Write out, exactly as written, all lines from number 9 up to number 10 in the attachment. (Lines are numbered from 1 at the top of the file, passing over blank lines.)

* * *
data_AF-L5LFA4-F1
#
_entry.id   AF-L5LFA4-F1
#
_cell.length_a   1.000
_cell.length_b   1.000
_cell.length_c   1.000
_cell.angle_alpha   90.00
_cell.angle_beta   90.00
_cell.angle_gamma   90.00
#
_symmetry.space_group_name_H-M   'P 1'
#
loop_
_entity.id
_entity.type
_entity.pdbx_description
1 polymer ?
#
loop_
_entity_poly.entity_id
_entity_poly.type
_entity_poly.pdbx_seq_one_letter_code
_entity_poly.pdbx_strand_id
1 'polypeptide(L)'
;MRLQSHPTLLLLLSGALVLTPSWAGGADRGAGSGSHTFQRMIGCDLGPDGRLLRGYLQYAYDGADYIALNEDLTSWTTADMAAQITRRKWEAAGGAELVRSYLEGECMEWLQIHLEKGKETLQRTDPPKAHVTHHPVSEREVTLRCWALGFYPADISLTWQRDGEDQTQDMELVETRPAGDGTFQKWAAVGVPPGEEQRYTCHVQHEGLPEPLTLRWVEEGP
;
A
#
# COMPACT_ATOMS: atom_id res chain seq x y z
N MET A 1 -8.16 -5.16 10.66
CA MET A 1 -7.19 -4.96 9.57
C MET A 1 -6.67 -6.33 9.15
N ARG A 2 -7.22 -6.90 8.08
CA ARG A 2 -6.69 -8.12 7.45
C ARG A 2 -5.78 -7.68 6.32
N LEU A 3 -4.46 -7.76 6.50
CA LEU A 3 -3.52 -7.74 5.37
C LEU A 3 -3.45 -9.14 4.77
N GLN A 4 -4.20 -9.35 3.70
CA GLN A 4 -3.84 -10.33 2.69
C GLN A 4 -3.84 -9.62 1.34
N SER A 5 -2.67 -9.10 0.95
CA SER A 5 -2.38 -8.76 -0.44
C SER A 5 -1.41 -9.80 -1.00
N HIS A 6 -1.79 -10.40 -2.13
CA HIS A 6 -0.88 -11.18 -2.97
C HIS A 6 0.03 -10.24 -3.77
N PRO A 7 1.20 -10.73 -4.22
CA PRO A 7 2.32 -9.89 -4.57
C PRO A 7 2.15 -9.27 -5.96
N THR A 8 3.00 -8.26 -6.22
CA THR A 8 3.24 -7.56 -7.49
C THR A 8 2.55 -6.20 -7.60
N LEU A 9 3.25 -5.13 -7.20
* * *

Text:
_cell.angle_beta   90.00
_cell.angle_gamma   90.00